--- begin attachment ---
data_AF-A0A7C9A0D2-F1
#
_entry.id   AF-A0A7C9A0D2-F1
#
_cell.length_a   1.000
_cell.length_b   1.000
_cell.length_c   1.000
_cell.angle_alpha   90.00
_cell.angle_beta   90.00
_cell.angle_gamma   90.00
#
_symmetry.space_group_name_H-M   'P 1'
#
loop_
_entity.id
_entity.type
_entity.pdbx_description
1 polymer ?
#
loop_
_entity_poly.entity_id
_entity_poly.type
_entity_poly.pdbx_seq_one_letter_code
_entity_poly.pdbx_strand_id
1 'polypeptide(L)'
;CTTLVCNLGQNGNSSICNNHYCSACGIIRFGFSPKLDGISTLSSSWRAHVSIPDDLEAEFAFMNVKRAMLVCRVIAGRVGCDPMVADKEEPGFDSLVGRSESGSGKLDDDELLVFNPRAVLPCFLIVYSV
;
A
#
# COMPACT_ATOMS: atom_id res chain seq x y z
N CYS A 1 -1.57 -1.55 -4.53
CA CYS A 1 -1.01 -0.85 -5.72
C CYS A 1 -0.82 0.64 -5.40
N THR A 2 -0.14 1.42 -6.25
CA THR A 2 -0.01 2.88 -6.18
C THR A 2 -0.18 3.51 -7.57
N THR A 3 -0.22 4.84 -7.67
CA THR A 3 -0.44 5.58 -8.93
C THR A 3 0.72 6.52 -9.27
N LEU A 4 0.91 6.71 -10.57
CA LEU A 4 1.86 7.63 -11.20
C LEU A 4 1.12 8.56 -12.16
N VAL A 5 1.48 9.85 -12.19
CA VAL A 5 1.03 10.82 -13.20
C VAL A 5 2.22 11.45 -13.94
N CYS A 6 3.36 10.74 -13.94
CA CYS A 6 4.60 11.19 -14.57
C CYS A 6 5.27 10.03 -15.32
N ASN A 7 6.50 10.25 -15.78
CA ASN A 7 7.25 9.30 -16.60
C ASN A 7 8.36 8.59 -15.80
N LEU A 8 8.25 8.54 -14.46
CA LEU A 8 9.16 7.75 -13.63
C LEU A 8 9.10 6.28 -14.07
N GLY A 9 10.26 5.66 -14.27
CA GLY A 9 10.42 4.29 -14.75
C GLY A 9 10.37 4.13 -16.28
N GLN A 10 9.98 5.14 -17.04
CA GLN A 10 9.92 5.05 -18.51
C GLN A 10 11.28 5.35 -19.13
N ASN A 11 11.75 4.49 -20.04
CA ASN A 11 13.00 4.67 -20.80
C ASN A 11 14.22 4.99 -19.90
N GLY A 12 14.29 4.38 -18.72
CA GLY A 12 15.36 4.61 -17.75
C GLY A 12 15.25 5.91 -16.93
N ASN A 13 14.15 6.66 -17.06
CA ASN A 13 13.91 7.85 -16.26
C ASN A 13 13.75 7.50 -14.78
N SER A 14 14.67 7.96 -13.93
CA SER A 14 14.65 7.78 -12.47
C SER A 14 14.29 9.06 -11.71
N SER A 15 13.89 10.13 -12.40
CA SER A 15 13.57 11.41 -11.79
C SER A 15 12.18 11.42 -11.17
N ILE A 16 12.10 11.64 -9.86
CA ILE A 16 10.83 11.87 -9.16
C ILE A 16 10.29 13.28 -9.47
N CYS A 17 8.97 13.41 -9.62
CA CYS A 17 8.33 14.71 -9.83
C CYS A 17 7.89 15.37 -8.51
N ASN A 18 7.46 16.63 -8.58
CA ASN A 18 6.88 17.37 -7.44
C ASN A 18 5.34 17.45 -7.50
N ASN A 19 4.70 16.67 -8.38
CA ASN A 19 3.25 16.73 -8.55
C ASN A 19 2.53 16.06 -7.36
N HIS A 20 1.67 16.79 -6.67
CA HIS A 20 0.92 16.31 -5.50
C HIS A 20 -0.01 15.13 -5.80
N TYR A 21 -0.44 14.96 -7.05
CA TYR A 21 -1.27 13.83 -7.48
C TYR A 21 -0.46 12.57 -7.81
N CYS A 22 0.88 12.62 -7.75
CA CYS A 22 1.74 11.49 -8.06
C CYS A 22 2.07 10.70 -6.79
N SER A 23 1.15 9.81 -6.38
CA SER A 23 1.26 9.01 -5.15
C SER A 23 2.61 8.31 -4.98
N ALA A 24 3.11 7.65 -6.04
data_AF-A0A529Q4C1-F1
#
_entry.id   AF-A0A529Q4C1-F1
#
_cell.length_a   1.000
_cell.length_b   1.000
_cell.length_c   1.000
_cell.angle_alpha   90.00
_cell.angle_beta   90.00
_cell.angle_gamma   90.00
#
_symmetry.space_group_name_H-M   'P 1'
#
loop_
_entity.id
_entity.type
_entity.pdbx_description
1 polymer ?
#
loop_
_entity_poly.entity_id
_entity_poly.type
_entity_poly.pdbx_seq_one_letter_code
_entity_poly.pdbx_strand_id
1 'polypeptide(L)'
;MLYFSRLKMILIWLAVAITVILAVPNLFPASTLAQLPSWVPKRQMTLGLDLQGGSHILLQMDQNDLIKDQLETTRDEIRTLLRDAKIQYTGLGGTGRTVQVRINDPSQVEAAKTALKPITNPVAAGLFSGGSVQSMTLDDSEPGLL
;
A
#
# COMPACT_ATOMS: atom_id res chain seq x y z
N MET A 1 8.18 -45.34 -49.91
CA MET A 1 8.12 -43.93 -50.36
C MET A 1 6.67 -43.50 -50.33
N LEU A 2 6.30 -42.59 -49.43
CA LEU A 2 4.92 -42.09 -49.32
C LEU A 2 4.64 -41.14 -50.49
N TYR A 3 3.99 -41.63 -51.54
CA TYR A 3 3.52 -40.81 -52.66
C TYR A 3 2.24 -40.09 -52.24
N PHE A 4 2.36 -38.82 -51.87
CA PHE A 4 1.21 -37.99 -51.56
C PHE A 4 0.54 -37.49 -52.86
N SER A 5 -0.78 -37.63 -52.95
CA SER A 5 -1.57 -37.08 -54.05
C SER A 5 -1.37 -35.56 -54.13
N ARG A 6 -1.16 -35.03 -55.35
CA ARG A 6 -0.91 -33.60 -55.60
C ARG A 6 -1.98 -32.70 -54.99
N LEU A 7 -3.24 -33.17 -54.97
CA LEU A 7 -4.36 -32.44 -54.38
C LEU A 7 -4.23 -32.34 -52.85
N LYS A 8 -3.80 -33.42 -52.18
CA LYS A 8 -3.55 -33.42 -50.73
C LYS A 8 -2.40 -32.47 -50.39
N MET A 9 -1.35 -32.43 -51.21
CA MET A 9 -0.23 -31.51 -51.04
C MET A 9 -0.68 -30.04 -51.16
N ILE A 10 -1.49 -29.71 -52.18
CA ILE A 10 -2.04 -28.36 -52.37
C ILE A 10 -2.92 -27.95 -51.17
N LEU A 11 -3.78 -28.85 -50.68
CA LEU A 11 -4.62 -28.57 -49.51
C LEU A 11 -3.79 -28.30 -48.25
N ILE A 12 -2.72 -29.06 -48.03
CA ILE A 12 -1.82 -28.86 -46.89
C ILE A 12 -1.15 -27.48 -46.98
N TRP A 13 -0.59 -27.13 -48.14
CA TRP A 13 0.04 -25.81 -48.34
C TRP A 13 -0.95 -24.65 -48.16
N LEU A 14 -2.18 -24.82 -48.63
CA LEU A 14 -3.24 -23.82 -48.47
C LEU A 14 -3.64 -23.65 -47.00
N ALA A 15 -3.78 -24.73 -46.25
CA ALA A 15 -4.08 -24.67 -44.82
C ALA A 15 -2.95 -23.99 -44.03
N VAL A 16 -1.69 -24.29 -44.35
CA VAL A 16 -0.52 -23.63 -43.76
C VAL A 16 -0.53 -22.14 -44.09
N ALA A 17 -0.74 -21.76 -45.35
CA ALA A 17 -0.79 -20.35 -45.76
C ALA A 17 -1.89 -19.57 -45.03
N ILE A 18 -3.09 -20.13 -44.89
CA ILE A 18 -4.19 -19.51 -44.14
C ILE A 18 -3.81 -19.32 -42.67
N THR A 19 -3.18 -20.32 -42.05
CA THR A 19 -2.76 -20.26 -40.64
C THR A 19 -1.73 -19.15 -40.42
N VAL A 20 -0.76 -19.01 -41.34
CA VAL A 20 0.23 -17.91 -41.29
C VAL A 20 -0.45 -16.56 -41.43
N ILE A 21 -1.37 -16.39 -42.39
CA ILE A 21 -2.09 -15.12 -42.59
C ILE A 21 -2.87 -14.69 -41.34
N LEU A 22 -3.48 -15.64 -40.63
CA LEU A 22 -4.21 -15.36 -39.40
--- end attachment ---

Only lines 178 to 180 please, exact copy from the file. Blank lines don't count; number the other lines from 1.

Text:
C VAL A 16 -0.53 -22.14 -44.09
N ALA A 17 -0.74 -21.76 -45.35
CA ALA A 17 -0.79 -20.35 -45.76